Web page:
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Temporary Visitation Order for Grandparents in Arizona

Tue 22nd Dec, 2015 Arizona Child Custody Laws

Some grandparents have asked about a temporary visitation order for grandparents in Arizona. The Arizona Court of Appeals in the case of Lambertus v. Porter addressed whether a judge has the authority to grant temporary visitation to grandparents in Arizona.

Trial Court Determines If It Has Authority to Order Temporary Visitation to Grandparents

The trial court had to determine whether it had statutory authority (or other appropriate authority) to issue the temporary order for visitation in the case of Lambertus v. Porter.

The judge determined it did have power according to Arizona Revised Statute § 25–402, subsection B, paragraph 2, providing that a person other than the legal parent may petition for visitation with the minor child through the Superior Court.

The court heard the request considering the child’s best interests and the parents not being married. Arizona Revised Statutes § 25–404(A) (Supp.2013) allows a party “involved” in the legal decision-making or parenting time proceedings to move for temporary orders.

The trial court considered the Grandmother’s intervention in the paternity action as “involvement” in the legal decision-making and parenting time proceedings.

Therefore, the appeals court felt she was qualified to file for temporary orders.

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Distinction Between Involvement In The Case and Statutory Authority to Order Temporary Visitation to Grandparents

The mother argued that the Grandmother is not a part of the legal decision-making and parenting time proceedings as it does not specify “visitation” as part of the process.

While Arizona law specifically identifies that a trial court may grant visitation rights to non-parents at the court’s discretion and according to the child’s best interests, the court should give the legal parents’ opinion extra consideration of what best serves the child.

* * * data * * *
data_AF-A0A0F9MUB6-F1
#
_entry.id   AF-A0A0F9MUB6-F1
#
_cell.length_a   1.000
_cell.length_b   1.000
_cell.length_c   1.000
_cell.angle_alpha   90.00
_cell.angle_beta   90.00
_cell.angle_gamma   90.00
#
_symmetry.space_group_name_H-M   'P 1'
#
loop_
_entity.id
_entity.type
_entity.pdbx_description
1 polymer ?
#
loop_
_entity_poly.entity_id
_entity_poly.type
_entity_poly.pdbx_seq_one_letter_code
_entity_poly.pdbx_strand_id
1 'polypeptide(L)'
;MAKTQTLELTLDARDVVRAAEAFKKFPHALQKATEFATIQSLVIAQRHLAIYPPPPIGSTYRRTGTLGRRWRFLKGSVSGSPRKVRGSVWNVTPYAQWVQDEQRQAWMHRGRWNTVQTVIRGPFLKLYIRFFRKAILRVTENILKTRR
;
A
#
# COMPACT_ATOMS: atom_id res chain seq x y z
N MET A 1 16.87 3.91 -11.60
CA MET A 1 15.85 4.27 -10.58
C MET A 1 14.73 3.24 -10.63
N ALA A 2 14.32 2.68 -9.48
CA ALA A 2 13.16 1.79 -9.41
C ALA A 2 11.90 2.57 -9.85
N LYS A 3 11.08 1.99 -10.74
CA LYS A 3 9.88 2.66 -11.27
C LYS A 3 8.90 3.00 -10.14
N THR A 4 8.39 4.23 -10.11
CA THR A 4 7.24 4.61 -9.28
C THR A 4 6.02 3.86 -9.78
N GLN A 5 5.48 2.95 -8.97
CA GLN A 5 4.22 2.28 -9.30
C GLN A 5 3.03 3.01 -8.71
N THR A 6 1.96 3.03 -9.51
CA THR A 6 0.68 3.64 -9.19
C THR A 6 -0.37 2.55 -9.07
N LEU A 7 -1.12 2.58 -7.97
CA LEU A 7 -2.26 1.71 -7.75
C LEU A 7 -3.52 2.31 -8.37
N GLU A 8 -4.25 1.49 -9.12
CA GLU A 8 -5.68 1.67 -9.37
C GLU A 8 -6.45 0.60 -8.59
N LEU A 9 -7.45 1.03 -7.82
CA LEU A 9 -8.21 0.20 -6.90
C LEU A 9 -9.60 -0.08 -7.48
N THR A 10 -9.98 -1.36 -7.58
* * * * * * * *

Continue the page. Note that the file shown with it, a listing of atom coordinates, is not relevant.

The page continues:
Given that information and the fact that no statute gives a trial court the actual legal ability to award visitation to any non-parent at a Temporary Orders proceeding, the Court of Appeals ruled the trial court acted over its authority in this particular case.

Considering the Plain Language of the Law and Legislative Intent

In this case, the majority opinion appears to conflict with the law’s plain language, particularly definitions of “parenting time” and “visitation.” It is interesting to point toward the recent revisions of two statutes about this case (§ 25–404(A) and § 25–401).

In combination with the constitutional presumptions afforded to parents to raise their children, their recent revisions should conclude that the plain meaning of the terms should be seen as the best indicator of intent unless the phrasing is ambiguous or leads to an inappropriate interpretation.

The Legislature Did Not Intend to Allow a Judge to Grant Grandparents a Temporary Order for Visitation in Arizona

Temporary Visitation Order for Grandparents in Arizona.

It becomes apparent the trial court lacked the authority for its decision to grant a temporary order providing visitation to the Grandmother. The legislative scheme names specific classes and parties eligible for visitation, which suggests that the legislature had no intention of granting visitation to third parties not specified. The court granted the mother’s request for relief when it vacated the temporary visitation order.

Attorneys Representing Grandparents in Arizona

If things are not going well in your Arizona grandparent child visitation case, you should seriously consider contacting the attorneys at Hildebrand Law, PC. Our Arizona grandparent child visitation and family law attorneys have over 100 years of combined experience successfully representing clients in grandparent visitation cases.

Our family law firm has earned numerous awards such as US News and World Reports Best Arizona Family Law Firm, US News and World Report Best Divorce Attorneys, “Best of the Valley” by Arizona Foothills readers, and “Best Arizona Divorce Law Firms” by North Scottsdale Magazine.

Call us today at (480)305-8300 or reach out to us through our appointment scheduling form to schedule your personalized consultation and turn your grandparent visitation case around today.

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